With Sinatra’s endorsement, Rickles began his comedic assault on people famous and not so famous — Jews, Asians, African Americans, the Irish, Puerto Ricans, red-headed women, short guys, you name it — with tremendous results. He referred to stupid people as “hockey pucks,” and in 1959, he signed for his first Las Vegas appearance, in the lounge of the Hotel Sahara.
In 1985, when Sinatra was asked to perform at Ronald Reagan’s second Inaugural Ball, he insisted that Rickles accompany him for a comedy routine. Rickles, naturally, did not spare the president (“Am I going too fast for you, Ronnie?” he asked) and considered that performance among the highlights of his career.
Rickles honed his reputation in numerous appearances on The Dean Martin Celebrity Roasts that ran on NBC from the mid-1970s to the mid-80s. The specials provided a perfect venue for Rickles to unleash his caustic brand of humor on such visiting dignitaries as Sinatra, Reagan, Bob Hope, Lucille Ball, Kirk Douglas, Sammy Davis Jr. and Mr. T.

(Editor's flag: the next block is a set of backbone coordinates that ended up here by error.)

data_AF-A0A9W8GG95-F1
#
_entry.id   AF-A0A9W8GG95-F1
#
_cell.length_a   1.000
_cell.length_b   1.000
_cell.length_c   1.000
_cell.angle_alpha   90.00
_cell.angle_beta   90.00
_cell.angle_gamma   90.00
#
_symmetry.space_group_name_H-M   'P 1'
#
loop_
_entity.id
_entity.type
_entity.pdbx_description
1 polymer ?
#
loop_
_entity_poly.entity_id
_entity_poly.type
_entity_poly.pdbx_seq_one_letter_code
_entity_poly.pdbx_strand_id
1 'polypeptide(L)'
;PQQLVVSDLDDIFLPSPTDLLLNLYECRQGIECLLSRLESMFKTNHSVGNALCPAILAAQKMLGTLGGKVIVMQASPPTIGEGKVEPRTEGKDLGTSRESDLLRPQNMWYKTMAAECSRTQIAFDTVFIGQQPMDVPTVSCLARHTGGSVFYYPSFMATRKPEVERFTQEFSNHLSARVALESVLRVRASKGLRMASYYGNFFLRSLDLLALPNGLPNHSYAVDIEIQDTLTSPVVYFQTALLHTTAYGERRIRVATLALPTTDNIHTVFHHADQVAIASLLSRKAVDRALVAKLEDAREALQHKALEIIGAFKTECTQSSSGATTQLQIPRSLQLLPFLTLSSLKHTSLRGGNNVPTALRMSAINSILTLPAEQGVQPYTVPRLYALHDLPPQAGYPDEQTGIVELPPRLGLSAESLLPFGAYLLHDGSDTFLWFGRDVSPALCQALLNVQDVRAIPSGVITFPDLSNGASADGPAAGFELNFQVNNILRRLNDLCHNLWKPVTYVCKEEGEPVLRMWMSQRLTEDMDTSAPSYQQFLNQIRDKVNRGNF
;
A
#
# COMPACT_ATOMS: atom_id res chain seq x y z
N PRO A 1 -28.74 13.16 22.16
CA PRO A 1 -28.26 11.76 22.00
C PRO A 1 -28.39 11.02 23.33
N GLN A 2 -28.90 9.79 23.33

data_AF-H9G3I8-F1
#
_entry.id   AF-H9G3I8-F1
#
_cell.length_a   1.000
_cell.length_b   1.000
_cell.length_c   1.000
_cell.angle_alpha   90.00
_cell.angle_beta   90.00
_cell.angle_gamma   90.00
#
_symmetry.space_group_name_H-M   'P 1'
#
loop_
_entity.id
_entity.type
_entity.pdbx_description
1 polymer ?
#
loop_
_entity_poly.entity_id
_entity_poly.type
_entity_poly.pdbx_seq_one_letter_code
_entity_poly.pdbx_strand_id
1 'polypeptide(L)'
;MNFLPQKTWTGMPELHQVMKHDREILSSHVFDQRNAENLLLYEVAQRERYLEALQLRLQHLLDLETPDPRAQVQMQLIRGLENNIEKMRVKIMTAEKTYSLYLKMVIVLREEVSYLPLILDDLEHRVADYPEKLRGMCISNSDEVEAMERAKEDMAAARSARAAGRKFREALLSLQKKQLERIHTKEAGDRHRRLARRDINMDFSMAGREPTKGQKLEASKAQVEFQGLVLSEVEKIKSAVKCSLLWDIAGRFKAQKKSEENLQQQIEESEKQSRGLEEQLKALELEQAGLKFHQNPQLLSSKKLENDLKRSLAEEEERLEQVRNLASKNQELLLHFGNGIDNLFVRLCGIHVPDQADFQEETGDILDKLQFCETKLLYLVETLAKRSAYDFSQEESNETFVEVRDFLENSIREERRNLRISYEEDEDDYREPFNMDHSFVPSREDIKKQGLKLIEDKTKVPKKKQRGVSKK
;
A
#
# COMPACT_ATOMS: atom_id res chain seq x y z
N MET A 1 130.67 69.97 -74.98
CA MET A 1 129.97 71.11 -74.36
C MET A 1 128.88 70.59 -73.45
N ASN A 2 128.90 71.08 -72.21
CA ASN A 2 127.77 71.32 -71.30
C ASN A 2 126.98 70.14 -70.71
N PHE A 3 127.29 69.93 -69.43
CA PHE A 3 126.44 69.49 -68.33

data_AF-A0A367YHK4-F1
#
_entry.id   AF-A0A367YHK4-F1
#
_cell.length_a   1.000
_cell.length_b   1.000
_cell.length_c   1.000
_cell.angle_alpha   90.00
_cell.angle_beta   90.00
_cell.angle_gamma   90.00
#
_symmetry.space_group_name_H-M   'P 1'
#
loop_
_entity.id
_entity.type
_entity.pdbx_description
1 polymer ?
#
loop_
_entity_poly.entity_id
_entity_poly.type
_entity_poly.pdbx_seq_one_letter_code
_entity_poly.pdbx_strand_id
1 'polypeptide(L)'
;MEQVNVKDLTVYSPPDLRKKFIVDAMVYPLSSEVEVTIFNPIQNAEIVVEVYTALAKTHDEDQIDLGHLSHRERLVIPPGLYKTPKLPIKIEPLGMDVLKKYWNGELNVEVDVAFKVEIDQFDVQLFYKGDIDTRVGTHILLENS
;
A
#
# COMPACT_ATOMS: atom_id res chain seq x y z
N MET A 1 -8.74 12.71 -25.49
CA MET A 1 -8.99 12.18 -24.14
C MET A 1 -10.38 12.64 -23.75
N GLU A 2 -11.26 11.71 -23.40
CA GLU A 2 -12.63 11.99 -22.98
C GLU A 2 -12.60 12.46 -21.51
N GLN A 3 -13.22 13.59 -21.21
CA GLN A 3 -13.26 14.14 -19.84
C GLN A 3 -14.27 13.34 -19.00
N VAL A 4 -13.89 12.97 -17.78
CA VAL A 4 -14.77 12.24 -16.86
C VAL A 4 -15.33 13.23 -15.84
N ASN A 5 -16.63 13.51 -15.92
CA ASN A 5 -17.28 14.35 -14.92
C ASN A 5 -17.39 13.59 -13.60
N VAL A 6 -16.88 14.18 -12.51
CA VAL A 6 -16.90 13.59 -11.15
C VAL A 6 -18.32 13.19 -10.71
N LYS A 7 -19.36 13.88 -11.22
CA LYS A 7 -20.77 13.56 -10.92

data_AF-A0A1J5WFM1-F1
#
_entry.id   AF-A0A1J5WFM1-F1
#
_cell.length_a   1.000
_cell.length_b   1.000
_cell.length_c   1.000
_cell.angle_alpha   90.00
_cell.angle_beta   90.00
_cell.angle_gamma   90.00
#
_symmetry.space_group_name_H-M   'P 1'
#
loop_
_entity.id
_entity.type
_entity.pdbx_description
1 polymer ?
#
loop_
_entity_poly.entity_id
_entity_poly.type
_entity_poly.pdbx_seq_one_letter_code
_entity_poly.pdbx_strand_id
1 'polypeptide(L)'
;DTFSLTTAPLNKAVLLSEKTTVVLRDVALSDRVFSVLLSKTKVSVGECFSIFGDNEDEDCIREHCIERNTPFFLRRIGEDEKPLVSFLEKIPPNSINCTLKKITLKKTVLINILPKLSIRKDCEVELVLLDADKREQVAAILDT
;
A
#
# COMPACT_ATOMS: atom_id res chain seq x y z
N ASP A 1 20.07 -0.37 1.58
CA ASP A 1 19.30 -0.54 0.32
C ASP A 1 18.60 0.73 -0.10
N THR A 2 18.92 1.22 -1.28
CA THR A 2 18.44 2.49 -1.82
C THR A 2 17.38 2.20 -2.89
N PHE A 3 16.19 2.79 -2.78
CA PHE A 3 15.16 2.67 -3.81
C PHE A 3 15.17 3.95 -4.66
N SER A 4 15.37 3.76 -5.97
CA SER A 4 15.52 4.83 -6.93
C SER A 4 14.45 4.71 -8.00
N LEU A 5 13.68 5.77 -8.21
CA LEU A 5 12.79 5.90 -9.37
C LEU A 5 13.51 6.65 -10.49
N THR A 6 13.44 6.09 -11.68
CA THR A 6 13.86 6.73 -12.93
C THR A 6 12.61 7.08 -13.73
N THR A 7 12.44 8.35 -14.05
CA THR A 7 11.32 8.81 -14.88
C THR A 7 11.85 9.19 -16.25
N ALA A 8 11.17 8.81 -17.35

Johnny Carson provided Rickles a late-night stage by making him one of The Tonight Show’s most-frequent guests. On one memorable moment in 1968, Rickles cozied up to a half-naked Carson during a sketch with two Japanese female masseuses and said, “I’m so lonely, Johnny!” Carson threw him in a bathtub. More recently, he was a regular guest on Late Show With David Letterman, in which the CBS host treated Rickles like royalty.
Rickles intermittently played in movies, highlighted by Kelly’s Heroes (1970), where he co-starred with Clint Eastwood as Sgt. Crapgame, an Army black-marketer who had no compunction about cutting favorable deals with the Nazis.